It would require politics dragged from the parliamentary chambers into the streets. That’s why I think we need independent revolutionary organisation.

We await the long drag.

Written by Andrew Coates

September 22, 2016 at 11:35 am

Dispatches and the Alliance for Workers’ Liberty: Once Again on Trotskyism.

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Responses to: The Battle for The Labour Party: Channel 4 Dispatches


The Mirror.

The programme said it had uncovered fresh evidence that Corbyn-backing grassroots group Momentum is being influenced by “hard left revolutionaries”.

It said one has advocated a “flood” of leftists into Labour while others back mandatory reselection of anti-Corbyn MPs.

Jill Mountford, who sits on Momentum’s Steering Committee but has recently been expelled by Labour for links to hard-left group the Alliance for Workers Liberty (AWL), was filmed at a Party meeting holding a copy of an AWL newspaper bearing the headline: “Flood the Labour Party .”

Footage shows her saying: “In 30 odd years of being politically active, I don’t think I can remember a time, apart from the miner’s strike, a time as exciting as this.

“If you haven’t already joined the Labour party, then you should join. If you haven’t already joined Momentum then you must join. We have to fight to shape the way the Momentum develops and the way the Labour party develops”

A Momentum spokesperson said: “Momentum membership is open to members, affiliates and supporters of the Labour Party and not open to members of other parties, those hostile to Labour or those that do not share Momentum’s objectives. All members must declare that they “support the aims and values of the Labour Party and (are) not a supporter of any organisation opposed to it.”

In a statement to Dispatches, Jill Mountford said: “We are open, honest socialists looking to discuss big ideas on how to create a better, fairer world for everyone.”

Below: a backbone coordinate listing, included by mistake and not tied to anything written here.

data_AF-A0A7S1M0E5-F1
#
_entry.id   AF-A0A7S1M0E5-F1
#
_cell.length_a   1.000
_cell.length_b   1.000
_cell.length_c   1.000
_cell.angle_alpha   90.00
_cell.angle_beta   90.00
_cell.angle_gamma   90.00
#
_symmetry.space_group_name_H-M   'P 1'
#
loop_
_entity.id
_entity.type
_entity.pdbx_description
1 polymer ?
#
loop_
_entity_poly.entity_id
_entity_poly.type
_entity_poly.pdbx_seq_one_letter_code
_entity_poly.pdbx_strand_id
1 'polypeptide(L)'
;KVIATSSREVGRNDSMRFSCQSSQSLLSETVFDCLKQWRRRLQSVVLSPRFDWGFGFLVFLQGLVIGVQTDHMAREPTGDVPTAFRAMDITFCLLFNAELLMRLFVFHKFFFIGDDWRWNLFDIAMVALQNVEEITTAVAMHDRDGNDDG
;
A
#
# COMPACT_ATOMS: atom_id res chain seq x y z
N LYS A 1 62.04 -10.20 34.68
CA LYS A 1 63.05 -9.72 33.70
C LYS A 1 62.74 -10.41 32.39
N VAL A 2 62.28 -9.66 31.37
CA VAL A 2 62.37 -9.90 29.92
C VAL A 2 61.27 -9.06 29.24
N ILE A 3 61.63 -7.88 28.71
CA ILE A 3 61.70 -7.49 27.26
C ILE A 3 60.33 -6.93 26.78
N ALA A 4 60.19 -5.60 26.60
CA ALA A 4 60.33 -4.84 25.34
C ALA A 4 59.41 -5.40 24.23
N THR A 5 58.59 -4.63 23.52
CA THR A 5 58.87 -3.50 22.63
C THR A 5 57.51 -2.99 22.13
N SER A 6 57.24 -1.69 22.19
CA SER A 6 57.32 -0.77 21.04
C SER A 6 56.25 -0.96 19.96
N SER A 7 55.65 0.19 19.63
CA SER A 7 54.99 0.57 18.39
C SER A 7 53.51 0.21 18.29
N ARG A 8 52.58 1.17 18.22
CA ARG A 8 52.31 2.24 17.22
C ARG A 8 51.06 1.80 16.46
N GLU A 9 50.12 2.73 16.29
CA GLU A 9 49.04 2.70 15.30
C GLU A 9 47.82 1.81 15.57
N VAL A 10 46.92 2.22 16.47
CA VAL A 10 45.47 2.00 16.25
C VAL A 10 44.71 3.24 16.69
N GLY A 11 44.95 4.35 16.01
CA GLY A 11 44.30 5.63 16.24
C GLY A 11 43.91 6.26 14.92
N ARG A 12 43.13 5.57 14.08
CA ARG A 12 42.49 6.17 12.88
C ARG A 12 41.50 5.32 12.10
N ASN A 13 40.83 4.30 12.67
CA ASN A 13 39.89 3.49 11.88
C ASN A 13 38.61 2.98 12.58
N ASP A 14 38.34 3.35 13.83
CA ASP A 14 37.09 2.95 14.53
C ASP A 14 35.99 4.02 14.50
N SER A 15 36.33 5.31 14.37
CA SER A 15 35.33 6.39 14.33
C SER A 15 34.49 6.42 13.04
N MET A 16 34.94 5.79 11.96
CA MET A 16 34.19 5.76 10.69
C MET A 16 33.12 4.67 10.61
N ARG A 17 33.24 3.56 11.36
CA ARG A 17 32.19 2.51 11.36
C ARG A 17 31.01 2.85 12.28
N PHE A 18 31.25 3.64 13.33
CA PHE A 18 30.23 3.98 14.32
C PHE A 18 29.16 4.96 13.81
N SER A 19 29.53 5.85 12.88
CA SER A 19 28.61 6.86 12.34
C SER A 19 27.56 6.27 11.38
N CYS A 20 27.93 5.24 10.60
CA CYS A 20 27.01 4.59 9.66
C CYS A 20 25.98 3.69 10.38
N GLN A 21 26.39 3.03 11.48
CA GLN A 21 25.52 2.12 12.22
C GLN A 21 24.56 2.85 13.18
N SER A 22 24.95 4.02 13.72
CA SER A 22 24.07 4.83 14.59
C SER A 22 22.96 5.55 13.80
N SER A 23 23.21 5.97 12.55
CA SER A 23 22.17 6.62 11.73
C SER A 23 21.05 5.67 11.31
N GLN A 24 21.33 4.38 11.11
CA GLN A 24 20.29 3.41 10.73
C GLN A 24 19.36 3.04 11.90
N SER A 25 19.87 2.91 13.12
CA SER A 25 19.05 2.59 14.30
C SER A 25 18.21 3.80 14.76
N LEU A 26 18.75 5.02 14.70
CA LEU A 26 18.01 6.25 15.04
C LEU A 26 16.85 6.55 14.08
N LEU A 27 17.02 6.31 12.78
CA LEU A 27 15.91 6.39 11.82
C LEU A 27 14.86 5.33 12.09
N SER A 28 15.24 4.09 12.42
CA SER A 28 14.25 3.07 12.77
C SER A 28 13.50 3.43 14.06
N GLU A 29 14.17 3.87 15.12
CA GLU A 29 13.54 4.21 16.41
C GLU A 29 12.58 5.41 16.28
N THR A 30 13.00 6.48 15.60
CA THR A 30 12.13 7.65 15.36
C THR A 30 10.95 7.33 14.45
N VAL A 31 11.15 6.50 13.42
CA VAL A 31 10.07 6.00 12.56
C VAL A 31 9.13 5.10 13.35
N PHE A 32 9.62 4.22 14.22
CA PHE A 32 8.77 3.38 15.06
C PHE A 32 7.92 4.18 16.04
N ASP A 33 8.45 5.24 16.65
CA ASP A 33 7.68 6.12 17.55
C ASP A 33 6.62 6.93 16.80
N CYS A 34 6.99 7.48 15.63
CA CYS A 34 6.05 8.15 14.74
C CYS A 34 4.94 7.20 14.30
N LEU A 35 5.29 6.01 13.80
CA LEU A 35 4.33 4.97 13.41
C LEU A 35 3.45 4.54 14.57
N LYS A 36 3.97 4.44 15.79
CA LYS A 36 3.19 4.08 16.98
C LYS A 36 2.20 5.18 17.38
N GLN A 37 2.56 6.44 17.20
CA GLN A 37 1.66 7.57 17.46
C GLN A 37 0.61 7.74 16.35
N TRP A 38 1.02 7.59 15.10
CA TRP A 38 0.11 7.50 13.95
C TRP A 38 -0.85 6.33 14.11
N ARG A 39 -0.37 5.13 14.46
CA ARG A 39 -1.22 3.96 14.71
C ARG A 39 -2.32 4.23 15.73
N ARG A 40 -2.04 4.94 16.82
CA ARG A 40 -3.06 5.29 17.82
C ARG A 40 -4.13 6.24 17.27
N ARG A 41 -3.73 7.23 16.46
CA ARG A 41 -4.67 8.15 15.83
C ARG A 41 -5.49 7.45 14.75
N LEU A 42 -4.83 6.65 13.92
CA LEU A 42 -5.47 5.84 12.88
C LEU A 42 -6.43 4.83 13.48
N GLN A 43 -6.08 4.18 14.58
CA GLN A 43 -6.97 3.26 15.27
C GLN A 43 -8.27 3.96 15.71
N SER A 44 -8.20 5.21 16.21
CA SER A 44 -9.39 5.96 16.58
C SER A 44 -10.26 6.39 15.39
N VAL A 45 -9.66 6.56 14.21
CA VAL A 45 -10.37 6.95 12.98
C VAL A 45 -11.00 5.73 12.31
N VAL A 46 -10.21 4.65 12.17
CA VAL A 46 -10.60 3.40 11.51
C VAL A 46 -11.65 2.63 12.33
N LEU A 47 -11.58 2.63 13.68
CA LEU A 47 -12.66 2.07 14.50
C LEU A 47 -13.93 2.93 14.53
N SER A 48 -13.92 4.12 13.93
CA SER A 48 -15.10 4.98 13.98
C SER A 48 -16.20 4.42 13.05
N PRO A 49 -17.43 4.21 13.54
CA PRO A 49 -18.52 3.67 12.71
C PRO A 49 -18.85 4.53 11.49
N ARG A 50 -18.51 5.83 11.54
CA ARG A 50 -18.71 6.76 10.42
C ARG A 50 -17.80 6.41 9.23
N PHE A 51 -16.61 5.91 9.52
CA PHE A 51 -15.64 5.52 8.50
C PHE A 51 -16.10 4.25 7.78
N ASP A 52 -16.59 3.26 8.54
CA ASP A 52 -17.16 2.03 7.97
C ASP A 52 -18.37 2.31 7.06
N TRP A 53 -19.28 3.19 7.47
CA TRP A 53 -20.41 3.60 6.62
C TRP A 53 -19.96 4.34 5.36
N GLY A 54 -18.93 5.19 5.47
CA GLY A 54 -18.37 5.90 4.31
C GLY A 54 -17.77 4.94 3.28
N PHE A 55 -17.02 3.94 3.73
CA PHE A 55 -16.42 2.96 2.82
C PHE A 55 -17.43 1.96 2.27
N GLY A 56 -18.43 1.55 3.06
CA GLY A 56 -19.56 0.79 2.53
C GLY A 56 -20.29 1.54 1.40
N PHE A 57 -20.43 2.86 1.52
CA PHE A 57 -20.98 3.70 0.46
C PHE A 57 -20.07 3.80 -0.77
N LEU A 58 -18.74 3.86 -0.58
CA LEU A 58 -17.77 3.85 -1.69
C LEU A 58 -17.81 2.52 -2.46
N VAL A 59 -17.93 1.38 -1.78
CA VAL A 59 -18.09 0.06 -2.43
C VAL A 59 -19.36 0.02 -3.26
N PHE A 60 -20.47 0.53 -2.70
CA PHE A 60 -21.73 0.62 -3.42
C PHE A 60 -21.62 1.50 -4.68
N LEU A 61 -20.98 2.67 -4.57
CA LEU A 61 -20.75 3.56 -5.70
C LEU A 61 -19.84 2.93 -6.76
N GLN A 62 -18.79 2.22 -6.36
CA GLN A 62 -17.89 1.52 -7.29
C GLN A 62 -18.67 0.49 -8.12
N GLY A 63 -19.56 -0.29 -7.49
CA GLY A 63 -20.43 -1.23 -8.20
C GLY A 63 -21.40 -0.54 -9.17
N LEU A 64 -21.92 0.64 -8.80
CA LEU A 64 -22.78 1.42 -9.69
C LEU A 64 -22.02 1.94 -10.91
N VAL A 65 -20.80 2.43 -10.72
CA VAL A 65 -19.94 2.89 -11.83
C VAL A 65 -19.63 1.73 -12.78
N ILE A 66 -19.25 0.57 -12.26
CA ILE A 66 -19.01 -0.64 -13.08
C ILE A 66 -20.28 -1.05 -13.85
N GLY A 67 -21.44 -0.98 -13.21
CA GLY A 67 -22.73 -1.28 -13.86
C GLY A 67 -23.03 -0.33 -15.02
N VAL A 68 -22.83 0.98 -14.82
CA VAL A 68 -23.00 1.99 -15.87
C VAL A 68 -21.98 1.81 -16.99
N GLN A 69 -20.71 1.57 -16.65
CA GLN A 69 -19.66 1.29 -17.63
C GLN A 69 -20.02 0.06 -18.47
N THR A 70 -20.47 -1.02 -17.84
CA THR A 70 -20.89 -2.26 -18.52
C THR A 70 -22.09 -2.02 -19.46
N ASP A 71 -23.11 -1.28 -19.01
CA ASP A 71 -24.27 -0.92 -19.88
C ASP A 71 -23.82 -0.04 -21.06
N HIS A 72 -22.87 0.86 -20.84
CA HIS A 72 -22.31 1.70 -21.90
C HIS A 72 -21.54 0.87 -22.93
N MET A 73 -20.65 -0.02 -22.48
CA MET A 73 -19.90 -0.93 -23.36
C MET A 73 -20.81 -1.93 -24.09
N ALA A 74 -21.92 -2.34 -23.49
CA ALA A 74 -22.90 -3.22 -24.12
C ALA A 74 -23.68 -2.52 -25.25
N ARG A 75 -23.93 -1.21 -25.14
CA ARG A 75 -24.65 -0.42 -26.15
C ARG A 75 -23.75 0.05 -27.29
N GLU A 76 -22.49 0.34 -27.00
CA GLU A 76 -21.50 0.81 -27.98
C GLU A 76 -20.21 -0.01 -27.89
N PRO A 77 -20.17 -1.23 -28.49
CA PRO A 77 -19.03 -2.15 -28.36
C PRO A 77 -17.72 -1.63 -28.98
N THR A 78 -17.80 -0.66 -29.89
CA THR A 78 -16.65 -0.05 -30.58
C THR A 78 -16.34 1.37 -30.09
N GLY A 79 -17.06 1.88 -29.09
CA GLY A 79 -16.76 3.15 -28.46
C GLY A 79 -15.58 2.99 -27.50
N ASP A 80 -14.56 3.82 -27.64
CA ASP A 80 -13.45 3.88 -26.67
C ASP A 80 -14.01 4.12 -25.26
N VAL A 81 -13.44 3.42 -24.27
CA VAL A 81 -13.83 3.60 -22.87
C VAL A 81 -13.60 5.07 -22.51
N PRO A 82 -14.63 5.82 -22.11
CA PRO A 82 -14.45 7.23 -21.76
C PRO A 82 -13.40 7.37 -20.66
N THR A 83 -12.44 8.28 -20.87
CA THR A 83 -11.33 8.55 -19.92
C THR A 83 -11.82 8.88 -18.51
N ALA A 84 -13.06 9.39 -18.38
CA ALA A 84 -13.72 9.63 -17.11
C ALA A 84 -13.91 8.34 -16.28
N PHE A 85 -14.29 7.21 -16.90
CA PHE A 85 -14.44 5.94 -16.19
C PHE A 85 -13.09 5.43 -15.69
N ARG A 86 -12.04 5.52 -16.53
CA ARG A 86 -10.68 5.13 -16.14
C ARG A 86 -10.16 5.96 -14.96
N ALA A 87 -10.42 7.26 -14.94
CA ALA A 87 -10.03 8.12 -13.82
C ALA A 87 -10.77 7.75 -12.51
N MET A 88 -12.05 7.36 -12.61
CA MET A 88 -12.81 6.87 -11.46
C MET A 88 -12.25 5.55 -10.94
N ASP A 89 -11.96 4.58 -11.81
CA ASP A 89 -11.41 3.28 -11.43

Momentum founder Jon Lansman said Ms Mountford was speaking in a personal capacity and not on behalf of Momentum.

Dispatches Momentum Documentary Prompts Torrent Of Criticism Led By Owen Jones

Zac Goldsmith says Dispatches’ ‘weak’ investigation of Momentum will only help Jeremy Corbyn.

Conservative MP calls media impartiality into question. Independent.

Apart from Momentum’s official statements we are confident that there are many others who will stand their corner. Already: Dispatches won’t stop Momentum inspiring young people – we’re here to stay.  Phil’s post which makes very accurate points, Momentum is Nothing Like Militant “an organisation that is totally transparent, easy to get involved with, and mirrors the properties of the network would do. There’s a reason why dull, plodding authoritarian outfits like the Socialist Party (despite its mini-Militant rebrand) and the SWP rape cult have been left out in the cold. As it stands, Momentum is a good way of consolidating these new members and turning them to campaigning activity, both with the party and in other labour movement campaigns.”